" It should be noted that speech acts take effect through mutual acknowledgment of the speaker and hearer that a speech act has been made. So if one were to say something and it was not heard by anyone it would not in this case justify a speech act until someone were to actually hear it. borderline." (5) Expressive: Feelings and attitudes regarding a situation ___ The illocutionary point of this class is to express the psychological state specified in the sincerity condition about a state of affairs specified in the propositional content.: "I’d like to buy that gray anorak. I also confine my discussion to fullblown explicit promises and ignore promises made by elliptical turns of phrase. . cases where "saying makes it so. and S believes H would prefer his doing A to his not doing A.g." e.g. (2) [propositional content condition]: S expresses that p in the utterance of T. hints. e. requests. Facial gestures with the intention of similar meaning also qualify.Speech Act 8 ___ Commissives are those illocutionary acts whose point is to commit the speaker (again in varying degrees) to some future course of action. ___ Cases where one brings a state of affairs into existence by declaring it to exist. etc. S sincerely (and nondefectively) promises that p to a hearer H if and only if: (1) [normal input and output condition]: Normal input and output conditions obtain.g. ___ The illocutionary point of these consists in the fact that they are attempts (of varying degrees) by the speaker to get the hearer to do something. S predicates a future act A of S. ___ 'Output' covers the conditions for intelligible speaking and 'input' covers the conditions for understanding. metaphors. e. e." (4) Declaration: Stating a reality which affects the world by saying so. please. § Promise Q: What are the necessary and sufficient conditions for the illocutionary act of promising? = What is the set of rules for the use of the function indicating device for promising? Qualifications: ___ I am confining my discussion to the center of the concept of promising and ignoring the fringe. (3) [future act condition]: In expressing that p.: "I apologize for the other day. In the utterance of T.g. (4) [preferability condition]: H would prefer S's doing A to his not doing A. and partially defective cases.: "I am wearing a blue colored shirt today.: In response to the question "can you help me with this?" a reply of "probably" or "I guess" would be a commissive speech act. (3) Directive: Orders.

' (6) [sincerity condition] S intends to do A . as Wittgenstein. the only way my audience can make sense of my utterance is to assume that I believe that it is not obvious that I am going to do the thing promised. For that reason we often use these expressions in the performance of speech acts which are not strictly speaking promises but in which we wish to emphasize our commitment. *** Insincerity: ___ To allow for insincere promises we need only to revise our conditions to state that the speaker takes responsibility for having the beliefs and intentions rather than stating that he actually has them. and he intends this recognition to be achieved by means of the recognition of the sentence as one conventionally used to produce such beliefs. ___ the act must have a point.Speech Act 9 ___ counterexample: "I promise that I'll give you a failing grade in the course"? Searle doesn't think this is a promise. an infinite or indefinite number of language games or uses of language. Rather.(8) obtain. (9) [semantics condition]: The semantical rules of the dialect spoken by S and H are such that T is correctly and sincerely uttered if and only if conditions (1) . 'It is out of order for me to promise to do something that it is obvious I am going to do anyhow. ==> (6*) S intends that the utterance of T will make him responsible for intending to do A § Conclusion There is not. If I do seem to be among such a promise. The speaker intends to produce a certain illocutionary effect by means of getting the hearer to recognize his intention to produce that effect. and he also intends this recognition to be achieved in virtue of the fact that the lexical and syntactical character of the item he utters conventionally associates it with producing that effect. It is clear that having this intention is a necessary condition of making a promise. ___ 'I think this condition distinguishes promises from other kinds of speech acts. for if a speaker can demonstrate that he did not have this intention in a given utterance. he can prove that the utterance was not a promise. (7) [essential condition]: S intends that the utterance of T will place him under an obligation to do A . ___ This condition is intended to make clear that the sentence uttered is one which by the semantical rules of the language is used to make a promise...' (8) [conventionality condition]: S intends that the utterance of T will produce in H a belief that conditions (6) and (7) obtain by means of the recognition of the intention to produce that belief.' ___ counterexample: "I promise you I didn't steal the money"? Searle: 'We can explain the occurrence of the function indicating device "I promise" as derivative from genuine promises and serving here as an expression adding emphasis to your denial.' (5) [non-triviality condition]: It is not obvious to both S and H that S will do A in the normal course of events. the illusion of limitless uses of language is . ___ This captures our amended Gricean analysis of what it is for the speaker to mean to make a promise. claimed. 'I promise and I hereby promise are among the strongest function indicating devices for commitment provide by the English language.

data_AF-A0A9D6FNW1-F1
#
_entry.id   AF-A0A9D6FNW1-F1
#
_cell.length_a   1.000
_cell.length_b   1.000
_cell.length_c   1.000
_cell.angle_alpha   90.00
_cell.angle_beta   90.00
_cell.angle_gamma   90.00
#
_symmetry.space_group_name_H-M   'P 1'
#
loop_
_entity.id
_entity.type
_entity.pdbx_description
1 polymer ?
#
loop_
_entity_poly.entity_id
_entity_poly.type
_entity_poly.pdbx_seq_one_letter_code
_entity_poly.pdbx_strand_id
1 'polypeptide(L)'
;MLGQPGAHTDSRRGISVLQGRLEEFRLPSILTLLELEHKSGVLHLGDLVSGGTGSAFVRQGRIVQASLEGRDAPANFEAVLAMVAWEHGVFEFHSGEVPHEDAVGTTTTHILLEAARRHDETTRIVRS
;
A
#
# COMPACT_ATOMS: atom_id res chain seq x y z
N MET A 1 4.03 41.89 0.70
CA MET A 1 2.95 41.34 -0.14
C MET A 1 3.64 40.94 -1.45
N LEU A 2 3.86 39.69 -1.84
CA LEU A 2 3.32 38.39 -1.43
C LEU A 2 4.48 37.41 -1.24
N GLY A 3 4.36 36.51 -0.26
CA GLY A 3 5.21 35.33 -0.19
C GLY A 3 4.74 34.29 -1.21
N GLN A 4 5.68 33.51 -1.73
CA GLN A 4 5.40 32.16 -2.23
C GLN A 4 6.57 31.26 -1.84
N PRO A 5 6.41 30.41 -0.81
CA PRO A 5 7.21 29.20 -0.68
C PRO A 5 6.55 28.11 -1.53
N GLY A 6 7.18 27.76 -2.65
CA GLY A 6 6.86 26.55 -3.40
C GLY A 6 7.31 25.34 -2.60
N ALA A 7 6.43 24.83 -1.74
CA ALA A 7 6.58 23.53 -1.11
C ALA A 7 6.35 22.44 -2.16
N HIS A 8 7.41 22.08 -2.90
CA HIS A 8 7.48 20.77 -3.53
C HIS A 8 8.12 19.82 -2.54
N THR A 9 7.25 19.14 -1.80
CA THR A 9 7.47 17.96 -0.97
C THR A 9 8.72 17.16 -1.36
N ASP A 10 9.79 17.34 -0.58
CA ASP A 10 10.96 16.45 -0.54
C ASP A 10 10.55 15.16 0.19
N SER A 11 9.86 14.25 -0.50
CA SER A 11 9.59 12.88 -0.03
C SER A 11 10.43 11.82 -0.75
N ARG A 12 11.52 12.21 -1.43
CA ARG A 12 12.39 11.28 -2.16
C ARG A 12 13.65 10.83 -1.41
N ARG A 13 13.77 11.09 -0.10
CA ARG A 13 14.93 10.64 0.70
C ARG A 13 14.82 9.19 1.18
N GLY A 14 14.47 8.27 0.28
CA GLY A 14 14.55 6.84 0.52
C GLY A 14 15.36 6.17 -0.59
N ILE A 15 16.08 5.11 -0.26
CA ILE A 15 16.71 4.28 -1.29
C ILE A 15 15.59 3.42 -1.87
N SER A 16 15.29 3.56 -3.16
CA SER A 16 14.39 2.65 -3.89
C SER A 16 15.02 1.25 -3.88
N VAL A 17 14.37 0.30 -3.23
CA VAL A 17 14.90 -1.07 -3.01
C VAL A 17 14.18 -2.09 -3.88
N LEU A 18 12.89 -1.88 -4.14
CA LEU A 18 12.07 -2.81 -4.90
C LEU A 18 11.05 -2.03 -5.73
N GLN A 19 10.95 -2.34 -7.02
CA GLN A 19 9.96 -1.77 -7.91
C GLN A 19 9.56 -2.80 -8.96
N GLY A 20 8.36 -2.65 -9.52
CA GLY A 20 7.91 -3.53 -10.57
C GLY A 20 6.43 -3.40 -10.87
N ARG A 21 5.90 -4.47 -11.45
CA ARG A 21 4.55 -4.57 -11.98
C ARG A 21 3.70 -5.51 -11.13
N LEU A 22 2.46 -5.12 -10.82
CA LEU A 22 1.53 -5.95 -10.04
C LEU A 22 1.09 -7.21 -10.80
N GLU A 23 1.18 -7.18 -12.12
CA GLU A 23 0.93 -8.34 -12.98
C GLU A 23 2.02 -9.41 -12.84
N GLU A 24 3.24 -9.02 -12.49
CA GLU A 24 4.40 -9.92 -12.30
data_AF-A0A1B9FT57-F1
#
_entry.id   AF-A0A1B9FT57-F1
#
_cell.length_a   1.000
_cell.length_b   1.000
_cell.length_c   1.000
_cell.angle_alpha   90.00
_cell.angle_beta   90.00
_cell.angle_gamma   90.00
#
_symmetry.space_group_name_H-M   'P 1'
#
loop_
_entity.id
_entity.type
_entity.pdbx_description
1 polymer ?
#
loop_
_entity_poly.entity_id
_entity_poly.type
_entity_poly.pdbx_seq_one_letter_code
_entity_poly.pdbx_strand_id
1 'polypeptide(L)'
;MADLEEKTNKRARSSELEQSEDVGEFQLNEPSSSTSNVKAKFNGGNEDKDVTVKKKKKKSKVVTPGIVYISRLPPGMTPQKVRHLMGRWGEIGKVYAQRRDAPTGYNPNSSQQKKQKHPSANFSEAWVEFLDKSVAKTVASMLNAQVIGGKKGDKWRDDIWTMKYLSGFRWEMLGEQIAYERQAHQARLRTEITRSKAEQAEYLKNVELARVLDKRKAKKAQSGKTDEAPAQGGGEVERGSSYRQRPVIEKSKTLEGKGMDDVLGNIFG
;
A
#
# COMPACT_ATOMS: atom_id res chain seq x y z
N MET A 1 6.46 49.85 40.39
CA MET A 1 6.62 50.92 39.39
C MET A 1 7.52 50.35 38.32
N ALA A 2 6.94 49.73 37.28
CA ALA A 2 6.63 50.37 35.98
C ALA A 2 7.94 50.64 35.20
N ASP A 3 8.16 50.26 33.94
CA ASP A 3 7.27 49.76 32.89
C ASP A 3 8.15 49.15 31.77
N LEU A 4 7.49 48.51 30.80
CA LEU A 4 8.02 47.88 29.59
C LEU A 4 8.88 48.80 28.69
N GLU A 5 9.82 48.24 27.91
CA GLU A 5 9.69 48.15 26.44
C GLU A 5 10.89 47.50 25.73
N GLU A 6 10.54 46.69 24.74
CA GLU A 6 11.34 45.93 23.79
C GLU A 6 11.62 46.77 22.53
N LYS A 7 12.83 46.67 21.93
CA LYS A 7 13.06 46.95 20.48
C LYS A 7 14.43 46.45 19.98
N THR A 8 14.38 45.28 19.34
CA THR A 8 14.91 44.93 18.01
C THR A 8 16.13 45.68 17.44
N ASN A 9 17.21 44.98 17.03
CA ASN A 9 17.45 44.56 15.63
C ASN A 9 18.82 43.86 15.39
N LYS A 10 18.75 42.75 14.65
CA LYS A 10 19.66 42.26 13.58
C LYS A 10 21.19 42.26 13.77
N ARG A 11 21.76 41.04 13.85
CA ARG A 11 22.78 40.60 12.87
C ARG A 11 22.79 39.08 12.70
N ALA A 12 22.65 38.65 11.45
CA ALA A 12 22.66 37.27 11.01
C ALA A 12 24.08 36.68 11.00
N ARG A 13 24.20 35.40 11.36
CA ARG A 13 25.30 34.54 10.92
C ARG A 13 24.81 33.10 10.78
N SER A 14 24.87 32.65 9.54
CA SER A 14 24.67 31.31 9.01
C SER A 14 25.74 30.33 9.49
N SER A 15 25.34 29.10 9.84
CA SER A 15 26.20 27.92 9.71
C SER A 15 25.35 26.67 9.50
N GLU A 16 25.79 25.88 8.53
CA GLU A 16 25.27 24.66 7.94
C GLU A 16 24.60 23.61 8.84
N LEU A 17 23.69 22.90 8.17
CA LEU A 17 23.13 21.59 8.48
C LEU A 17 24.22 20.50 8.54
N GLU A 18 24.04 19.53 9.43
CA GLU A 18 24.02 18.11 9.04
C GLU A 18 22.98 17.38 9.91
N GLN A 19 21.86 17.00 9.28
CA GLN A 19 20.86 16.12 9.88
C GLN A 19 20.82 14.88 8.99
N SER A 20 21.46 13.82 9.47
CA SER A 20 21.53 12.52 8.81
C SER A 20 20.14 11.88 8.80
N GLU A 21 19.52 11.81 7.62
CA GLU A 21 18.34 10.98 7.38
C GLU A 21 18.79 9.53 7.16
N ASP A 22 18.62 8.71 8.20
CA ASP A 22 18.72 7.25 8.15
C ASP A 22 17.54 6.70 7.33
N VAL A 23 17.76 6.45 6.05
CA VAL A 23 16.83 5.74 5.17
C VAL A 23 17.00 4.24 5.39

we try to get them to do things. we commit ourselves to doing things. Focus Questions for Essay #3: [Answer both – write about 1 " page for each article] (1) Davidson: Belief and the Basis of Meaning – What does Davidson mean by “radical interpretation and indeterminacy of interpretation”? How does this show that “Meaning and belief play interlocking and complementary roles in the interpretation of speech”? (Do not use internet quick references. If we adopt illocutionary point as the basic notion on which to classify uses of language. Find his remark and explain it in your own words. then there are a rather limited number of basic things we do with language: we tell people how things are.) (2) Davidson: A Nice Derangement of Epitaphs – What does Davidson recommend as the correct way of interpreting another speaker’s sentences? Why does he claim that “there is no such thing as a language”? . we express our feelings and attitudes. we do more than one of these in the same utterance. Often. and we bring about changes through our utterances.Speech Act 10 engendered by an enormous unclarity about what constitutes the criteria for delimiting one language game or use of language from another.